D’you know—and for reasons you might possibly soon understand—I was rather hoping that someone else was going to pick up on a story which appeared when I was on my summer break. But no one did. Hmmm. I wonder why? Ah well, into the valley of death, et cetera.
Last week, the figures appeared for the numbers of people receiving full state-subsidy for rental accommodation in Ireland. Nearly 40pc of them are immigrants. Most of these are EU nationals, and are entitled by law to the same benefits as are Irish nationals. So, the 3,061 British-born people who are getting their accommodation paid for by the state are enjoying no more than the rights which Irish people in Britain would get. Indeed, the British are top of the league of foreigners who are claiming rent allowance. And this is not surprising, for they are also the most numerous foreign group, numbering some 112,000, according to the 2006 census.
Second in the list of foreign groups availing of free accommodation, courtesy of the State, are who? Citizens of fellow EU states, such as the Poles, the Latvians, the Czechs or Slovaks? No, indeed not. The people who come second in the rent-allowance league table are the Nigerians—barely less than the British, with 3,024 claimants. But whereas the British figure constitutes just 2.7pc of the total population of Britons living here, the figure for Nigerians is 18.6pc of their total Irish population of 16,300. Alas, just how many more Nigerian dependents are the beneficiaries of the rent allowances that are being granted to the 3,024 family-heads, I cannot say.
Now this reliance upon the state for the accommodation of so many Nigerians reflects another rather uncomfortable truth which was revealed in the 2006 census, but which has never—so far as I know—been highlighted in the media. It is this: contrary to almost all predictions about the impact of immigrants upon an economy, a majority of Nigerians are not economically active at all. For even at the height of the boom, in 2006, only 38pc over the age of 15 were at work.
Maybe this is because so many are too old for work? Not so. There are almost no Nigerians over 50. Their average age is 26.6, with some 10,000 between the ages of 25 and 44. Yes, there are a large number of Nigerian children (3,845 under fifteen), but that figure of 38pc at work is a percentage of the over-15s only. The equivalent working proportions are: Poles, 84pc; Lithuanians, 82pc; and Latvians 82pc. On the other hand, the figures for rental-subsidy (remember: Nigerians 18.6pc) are Poles, 1.5pc; Lithuanians, 3pc; and Latvians, 4.3pc.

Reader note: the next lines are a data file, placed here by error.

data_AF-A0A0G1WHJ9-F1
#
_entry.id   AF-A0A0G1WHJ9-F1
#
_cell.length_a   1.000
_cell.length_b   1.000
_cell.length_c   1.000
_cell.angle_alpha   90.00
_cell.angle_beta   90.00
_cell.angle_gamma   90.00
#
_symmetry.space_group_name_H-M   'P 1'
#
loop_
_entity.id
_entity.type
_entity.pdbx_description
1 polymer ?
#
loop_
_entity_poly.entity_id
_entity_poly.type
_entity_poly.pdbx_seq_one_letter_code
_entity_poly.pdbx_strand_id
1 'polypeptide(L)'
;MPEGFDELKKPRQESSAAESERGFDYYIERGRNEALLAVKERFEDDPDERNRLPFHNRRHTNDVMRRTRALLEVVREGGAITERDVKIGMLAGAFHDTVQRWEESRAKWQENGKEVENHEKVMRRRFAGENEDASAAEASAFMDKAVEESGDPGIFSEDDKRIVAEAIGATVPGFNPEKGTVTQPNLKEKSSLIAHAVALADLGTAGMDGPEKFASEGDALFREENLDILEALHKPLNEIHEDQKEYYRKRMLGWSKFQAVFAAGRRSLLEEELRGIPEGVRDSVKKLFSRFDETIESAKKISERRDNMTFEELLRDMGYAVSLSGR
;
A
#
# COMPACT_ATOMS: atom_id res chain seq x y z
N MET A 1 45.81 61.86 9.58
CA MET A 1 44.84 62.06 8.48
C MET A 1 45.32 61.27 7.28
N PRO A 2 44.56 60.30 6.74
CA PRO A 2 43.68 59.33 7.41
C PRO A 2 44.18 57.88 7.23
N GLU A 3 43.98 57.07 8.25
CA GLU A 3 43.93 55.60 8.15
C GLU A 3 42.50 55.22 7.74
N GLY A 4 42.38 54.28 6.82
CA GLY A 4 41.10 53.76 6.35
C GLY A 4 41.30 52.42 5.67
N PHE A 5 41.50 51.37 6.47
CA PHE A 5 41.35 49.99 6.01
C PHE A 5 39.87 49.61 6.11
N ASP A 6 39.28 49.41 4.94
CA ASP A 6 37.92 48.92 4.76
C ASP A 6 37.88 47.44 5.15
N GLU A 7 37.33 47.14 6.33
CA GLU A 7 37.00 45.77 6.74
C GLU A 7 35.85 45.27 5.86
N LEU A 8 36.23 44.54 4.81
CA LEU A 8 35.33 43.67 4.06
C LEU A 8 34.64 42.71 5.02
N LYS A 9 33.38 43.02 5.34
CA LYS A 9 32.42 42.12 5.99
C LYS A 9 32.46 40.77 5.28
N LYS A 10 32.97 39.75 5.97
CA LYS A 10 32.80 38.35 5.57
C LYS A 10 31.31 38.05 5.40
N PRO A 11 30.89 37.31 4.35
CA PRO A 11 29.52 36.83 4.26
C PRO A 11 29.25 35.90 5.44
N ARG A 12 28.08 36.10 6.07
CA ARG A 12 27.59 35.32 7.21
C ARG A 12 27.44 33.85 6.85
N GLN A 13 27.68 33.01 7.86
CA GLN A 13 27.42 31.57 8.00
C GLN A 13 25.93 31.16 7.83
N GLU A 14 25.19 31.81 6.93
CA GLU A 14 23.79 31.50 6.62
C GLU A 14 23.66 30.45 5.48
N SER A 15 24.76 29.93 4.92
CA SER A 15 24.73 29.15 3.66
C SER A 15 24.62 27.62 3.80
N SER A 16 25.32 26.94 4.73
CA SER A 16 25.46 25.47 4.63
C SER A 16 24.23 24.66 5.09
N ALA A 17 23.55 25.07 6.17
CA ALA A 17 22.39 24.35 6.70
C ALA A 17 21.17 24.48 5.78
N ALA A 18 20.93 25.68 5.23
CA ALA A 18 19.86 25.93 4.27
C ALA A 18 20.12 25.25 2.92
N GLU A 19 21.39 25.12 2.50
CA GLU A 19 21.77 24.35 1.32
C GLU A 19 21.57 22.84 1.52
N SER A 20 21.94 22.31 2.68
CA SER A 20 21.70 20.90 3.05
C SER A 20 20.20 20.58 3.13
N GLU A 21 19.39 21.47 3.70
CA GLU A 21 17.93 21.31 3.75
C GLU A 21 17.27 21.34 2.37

Now, you may think that what you have read so far has required a colossal amount of sleuthing—not so. Most of these figures were presented in five separate national profiles—British, Latvian, Polish, Lithuanian, Nigerian—by the Central Statistics Office in its report on the 2006 census, no doubt to make life easier for us baffled, thicko, journalists. Yet so far as I can see, no other journalist has chosen to use the startling CSO revelations, leading to the first of many questions, all of them beginning—why?
Why are so many people, from a country to which we have no moral or legal or historical obligations, living off this state? Why are they being allowed through immigration, if they have no jobs to go to? Why are they choosing to come to Ireland, when 20 countries or more lie between their homeland and ourselves? And finally, and perhaps most important of all, why is no one else asking why? Why did no one else pick up on the immigration digest so thoughtfully provided by the CSO?
Is it because we are too polite? Too timid? Too stupid? Too scared about being called racist? Which is all very well, but such intellectual and emotional repression does not usually end benignly. In place of openly spoken and verifiable truths, risible lies are whispered and believed, such as that “asylum seekers” are given free driving lessons and even cars, or that the ducks in public parks are vanishing because immigrants are catching and eating them. The acceptance of such gibberish is the foot-in-the-door of racist scaremongering, and can only happen in the dark of media-contrived ignorance, and all usually ending in tears.
For the real issue is not the number of Nigerians living here, nor even the absurd and unacceptable dependency of so many of them on this State. No, it is the abject refusal of the Irish people, both through the media and the Dail, to have an open debate about the biggest issue facing this country. Instead, to judge from events this time last year, our national broadcaster will soon be accusing the Catholic Church of racism—either for wanting Catholic children in its Catholic schools, or for not preparing places for African children who were not even in Ireland when the school rolls were being filled. And, naturally, for this is Ireland, it’s professionally far more rewarding for the media to go on an easy, Catholic-bashing spree than it is to inquire into the complex and possibly discomfiting truths about immigration.